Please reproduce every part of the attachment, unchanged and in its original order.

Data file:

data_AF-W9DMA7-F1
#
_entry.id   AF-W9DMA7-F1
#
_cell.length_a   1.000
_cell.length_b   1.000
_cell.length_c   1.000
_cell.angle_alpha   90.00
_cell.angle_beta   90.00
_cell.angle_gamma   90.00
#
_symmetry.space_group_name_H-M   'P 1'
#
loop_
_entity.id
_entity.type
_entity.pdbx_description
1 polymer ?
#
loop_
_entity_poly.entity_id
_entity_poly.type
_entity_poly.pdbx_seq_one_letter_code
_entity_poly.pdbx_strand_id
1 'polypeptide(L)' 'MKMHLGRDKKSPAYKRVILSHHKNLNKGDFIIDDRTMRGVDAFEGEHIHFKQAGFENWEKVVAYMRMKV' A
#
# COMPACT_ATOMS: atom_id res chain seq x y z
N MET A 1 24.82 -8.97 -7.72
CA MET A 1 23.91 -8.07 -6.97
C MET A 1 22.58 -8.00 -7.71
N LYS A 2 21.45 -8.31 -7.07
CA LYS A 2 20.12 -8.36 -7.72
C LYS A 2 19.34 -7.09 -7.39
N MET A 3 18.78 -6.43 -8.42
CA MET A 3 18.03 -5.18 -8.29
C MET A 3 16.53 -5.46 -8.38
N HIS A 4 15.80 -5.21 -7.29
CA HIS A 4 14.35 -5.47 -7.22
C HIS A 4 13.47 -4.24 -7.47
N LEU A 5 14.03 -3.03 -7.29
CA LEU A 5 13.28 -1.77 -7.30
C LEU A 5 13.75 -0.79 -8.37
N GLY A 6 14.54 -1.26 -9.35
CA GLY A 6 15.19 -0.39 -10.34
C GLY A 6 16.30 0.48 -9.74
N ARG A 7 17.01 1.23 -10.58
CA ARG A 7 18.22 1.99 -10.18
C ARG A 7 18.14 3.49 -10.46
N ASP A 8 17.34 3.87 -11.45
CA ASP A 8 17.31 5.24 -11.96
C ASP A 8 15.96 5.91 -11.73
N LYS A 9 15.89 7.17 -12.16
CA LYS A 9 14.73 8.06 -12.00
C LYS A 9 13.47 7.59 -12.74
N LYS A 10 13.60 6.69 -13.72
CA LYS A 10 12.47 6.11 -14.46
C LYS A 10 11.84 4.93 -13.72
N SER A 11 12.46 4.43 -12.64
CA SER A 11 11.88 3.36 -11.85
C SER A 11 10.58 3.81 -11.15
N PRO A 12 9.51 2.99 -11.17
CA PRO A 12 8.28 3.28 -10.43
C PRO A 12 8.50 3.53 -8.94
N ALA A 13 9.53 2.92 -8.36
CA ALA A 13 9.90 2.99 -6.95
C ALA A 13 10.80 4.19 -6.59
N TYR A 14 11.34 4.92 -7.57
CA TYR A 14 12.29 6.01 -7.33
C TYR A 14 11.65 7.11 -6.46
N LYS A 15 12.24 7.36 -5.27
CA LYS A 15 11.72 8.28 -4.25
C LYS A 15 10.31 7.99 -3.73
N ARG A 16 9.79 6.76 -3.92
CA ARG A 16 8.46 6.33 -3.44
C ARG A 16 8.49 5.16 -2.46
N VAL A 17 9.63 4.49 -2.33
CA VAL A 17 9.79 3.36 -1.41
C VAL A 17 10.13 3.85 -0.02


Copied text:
data_AF-W9DMA7-F1
#
_entry.id   AF-W9DMA7-F1
#
_cell.length_a   1.000
_cell.length_b   1.000
_cell.length_c   1.000
_cell.angle_alpha   90.00
_cell.angle_beta   90.00
_cell.angle_gamma   90.00
#
_symmetry.space_group_name_H-M   'P 1'
#
loop_
_entity.id
_entity.type
_entity.pdbx_description
1 polymer ?
#
loop_
_entity_poly.entity_id
_entity_poly.type
_entity_poly.pdbx_seq_one_letter_code
_entity_poly.pdbx_strand_id
1 'polypeptide(L)' 'MKMHLGRDKKSPAYKRVILSHHKNLNKGDFIIDDRTMRGVDAFEGEHIHFKQAGFENWEKVVAYMRMKV' A
#
# COMPACT_ATOMS: atom_id res chain seq x y z
N MET A 1 24.82 -8.97 -7.72
CA MET A 1 23.91 -8.07 -6.97
C MET A 1 22.58 -8.00 -7.71
N LYS A 2 21.45 -8.31 -7.07
CA LYS A 2 20.12 -8.36 -7.72
C LYS A 2 19.34 -7.09 -7.39
N MET A 3 18.78 -6.43 -8.42
CA MET A 3 18.03 -5.18 -8.29
C MET A 3 16.53 -5.46 -8.38
N HIS A 4 15.80 -5.21 -7.29
CA HIS A 4 14.35 -5.47 -7.22
C HIS A 4 13.47 -4.24 -7.47
N LEU A 5 14.03 -3.03 -7.29
CA LEU A 5 13.28 -1.77 -7.30
C LEU A 5 13.75 -0.79 -8.37
N GLY A 6 14.54 -1.26 -9.35
CA GLY A 6 15.19 -0.39 -10.34
C GLY A 6 16.30 0.48 -9.74
N ARG A 7 17.01 1.23 -10.58
CA ARG A 7 18.22 1.99 -10.18
C ARG A 7 18.14 3.49 -10.46
N ASP A 8 17.34 3.87 -11.45
CA ASP A 8 17.31 5.24 -11.96
C ASP A 8 15.96 5.91 -11.73
N LYS A 9 15.89 7.17 -12.16
CA LYS A 9 14.73 8.06 -12.00
C LYS A 9 13.47 7.59 -12.74
N LYS A 10 13.60 6.69 -13.72
CA LYS A 10 12.47 6.11 -14.46
C LYS A 10 11.84 4.93 -13.72
N SER A 11 12.46 4.43 -12.64
CA SER A 11 11.88 3.36 -11.85
C SER A 11 10.58 3.81 -11.15
N PRO A 12 9.51 2.99 -11.17
CA PRO A 12 8.28 3.28 -10.43
C PRO A 12 8.50 3.53 -8.94
N ALA A 13 9.53 2.92 -8.36
CA ALA A 13 9.90 2.99 -6.95
C ALA A 13 10.80 4.19 -6.59
N TYR A 14 11.34 4.92 -7.57
CA TYR A 14 12.29 6.01 -7.33
C TYR A 14 11.65 7.11 -6.46
N LYS A 15 12.24 7.36 -5.27
CA LYS A 15 11.72 8.28 -4.25
C LYS A 15 10.31 7.99 -3.73
N ARG A 16 9.79 6.76 -3.92
CA ARG A 16 8.46 6.33 -3.44
C ARG A 16 8.49 5.16 -2.46
N VAL A 17 9.63 4.49 -2.33
CA VAL A 17 9.79 3.36 -1.41
C VAL A 17 10.13 3.85 -0.02